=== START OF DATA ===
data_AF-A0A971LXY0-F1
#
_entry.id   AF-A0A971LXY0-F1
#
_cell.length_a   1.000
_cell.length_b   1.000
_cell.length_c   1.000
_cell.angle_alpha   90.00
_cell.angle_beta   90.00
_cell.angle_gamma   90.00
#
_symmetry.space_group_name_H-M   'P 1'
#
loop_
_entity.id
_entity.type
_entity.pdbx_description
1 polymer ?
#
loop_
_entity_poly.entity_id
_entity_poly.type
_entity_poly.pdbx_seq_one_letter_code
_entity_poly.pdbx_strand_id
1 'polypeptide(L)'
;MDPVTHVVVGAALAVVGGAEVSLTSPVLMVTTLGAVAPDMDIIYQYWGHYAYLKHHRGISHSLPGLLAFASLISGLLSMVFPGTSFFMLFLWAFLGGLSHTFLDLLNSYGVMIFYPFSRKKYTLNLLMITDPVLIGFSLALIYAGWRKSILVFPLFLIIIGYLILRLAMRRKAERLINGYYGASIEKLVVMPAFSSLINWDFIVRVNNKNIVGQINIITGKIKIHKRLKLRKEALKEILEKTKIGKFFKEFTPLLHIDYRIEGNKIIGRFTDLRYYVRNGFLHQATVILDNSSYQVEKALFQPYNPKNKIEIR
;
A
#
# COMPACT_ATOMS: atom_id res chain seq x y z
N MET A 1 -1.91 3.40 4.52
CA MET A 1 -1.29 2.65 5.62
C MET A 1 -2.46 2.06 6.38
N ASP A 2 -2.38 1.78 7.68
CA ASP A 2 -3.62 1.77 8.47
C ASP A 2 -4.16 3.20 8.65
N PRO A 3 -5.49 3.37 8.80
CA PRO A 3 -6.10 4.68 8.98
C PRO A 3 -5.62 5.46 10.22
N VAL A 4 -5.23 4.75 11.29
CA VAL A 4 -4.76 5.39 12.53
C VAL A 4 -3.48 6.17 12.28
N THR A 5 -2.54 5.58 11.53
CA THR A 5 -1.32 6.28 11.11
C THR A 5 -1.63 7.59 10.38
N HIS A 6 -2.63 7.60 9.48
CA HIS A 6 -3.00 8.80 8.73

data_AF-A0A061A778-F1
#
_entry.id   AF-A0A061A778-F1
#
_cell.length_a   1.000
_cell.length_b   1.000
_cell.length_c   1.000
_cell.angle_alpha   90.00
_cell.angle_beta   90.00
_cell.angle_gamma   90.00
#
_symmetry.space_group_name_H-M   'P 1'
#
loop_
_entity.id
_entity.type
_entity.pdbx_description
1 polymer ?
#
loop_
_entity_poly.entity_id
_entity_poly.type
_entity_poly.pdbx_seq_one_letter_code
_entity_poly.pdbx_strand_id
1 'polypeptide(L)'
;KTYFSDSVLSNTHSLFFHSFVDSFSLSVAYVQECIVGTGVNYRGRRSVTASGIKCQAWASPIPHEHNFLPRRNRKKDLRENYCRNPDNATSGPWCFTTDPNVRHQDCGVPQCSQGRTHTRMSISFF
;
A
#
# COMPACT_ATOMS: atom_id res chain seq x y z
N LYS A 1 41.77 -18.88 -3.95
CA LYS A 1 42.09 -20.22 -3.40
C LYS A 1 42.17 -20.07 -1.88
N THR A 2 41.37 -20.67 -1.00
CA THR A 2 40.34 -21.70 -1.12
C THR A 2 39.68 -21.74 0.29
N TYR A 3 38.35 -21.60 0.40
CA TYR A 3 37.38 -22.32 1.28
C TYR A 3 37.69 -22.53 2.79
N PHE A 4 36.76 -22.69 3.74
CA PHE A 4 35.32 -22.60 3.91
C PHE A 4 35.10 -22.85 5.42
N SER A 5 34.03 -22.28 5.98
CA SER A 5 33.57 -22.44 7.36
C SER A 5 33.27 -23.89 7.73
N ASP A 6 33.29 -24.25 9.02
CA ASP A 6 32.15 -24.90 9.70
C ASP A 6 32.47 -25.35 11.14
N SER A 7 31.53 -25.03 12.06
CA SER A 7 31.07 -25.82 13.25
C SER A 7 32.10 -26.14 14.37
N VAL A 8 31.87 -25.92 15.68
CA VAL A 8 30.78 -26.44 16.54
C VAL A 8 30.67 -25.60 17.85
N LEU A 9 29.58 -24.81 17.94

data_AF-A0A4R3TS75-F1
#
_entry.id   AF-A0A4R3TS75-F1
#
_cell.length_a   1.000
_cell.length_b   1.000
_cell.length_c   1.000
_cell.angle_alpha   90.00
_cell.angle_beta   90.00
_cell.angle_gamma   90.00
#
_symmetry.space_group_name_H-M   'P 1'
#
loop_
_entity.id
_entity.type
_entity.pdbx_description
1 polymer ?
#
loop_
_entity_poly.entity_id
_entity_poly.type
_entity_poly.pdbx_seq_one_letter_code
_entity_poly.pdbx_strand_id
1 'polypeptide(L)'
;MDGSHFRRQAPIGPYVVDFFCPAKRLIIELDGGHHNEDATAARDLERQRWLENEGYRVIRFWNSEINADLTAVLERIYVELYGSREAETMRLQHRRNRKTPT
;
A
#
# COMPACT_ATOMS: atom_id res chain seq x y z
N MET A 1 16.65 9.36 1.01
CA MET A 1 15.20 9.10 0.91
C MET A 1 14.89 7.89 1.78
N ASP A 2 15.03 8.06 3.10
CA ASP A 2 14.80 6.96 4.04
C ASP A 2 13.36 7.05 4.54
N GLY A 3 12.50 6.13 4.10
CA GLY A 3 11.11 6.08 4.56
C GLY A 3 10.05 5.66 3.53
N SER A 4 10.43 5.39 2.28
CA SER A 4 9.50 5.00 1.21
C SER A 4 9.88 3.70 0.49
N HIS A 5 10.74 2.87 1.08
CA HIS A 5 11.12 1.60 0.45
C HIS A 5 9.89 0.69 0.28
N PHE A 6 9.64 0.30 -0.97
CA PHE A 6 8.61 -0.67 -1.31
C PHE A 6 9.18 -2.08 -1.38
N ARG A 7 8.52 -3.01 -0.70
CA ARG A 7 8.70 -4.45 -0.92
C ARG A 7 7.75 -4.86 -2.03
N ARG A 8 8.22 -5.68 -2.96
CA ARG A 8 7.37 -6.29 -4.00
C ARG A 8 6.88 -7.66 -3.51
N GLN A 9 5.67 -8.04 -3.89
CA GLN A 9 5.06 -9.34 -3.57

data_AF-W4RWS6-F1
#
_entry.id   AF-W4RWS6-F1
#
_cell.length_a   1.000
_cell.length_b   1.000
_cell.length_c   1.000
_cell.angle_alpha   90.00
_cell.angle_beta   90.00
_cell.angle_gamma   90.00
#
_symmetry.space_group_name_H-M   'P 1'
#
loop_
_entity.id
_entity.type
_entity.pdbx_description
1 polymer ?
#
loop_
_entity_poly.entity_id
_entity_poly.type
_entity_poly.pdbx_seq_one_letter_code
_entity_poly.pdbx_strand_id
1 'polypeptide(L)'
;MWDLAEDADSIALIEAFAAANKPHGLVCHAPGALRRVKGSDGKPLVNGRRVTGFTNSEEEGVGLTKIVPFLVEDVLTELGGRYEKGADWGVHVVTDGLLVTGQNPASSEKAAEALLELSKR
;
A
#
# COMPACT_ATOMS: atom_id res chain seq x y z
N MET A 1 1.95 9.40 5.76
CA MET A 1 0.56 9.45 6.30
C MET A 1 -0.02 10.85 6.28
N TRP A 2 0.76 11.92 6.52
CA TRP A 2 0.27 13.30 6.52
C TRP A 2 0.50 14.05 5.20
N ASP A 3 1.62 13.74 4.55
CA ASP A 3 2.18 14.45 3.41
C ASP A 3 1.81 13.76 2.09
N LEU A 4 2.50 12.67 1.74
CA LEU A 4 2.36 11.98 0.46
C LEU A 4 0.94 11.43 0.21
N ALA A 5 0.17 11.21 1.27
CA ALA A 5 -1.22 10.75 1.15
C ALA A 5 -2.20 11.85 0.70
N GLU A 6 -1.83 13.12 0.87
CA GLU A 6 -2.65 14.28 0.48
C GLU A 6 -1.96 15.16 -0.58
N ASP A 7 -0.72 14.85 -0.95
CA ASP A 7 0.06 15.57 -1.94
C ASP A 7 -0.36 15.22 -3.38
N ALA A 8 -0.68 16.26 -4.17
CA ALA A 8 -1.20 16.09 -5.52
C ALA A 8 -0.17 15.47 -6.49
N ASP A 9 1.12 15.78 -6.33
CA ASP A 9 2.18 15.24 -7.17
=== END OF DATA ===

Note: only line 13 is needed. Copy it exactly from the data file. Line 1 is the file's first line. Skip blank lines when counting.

#